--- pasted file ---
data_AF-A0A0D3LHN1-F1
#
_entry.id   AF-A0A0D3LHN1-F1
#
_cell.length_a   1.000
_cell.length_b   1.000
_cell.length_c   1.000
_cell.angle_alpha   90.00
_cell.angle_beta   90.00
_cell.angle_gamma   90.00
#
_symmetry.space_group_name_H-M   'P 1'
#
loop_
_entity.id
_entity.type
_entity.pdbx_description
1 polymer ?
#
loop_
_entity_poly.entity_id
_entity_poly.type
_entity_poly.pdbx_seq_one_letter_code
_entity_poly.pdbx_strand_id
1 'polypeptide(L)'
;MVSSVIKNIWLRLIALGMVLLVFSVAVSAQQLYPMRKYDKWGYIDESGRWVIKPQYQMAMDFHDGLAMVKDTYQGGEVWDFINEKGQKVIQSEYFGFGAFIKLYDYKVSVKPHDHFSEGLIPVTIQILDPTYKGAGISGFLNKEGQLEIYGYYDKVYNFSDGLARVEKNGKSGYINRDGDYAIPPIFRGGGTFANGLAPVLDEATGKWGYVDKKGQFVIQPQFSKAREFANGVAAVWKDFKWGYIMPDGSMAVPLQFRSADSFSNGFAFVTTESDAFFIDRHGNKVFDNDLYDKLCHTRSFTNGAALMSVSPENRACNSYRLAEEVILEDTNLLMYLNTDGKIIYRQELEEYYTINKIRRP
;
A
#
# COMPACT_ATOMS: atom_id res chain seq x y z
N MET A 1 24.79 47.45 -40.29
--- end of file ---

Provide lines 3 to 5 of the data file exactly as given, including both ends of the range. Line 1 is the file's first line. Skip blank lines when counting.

_entry.id   AF-A0A0D3LHN1-F1
#
_cell.length_a   1.000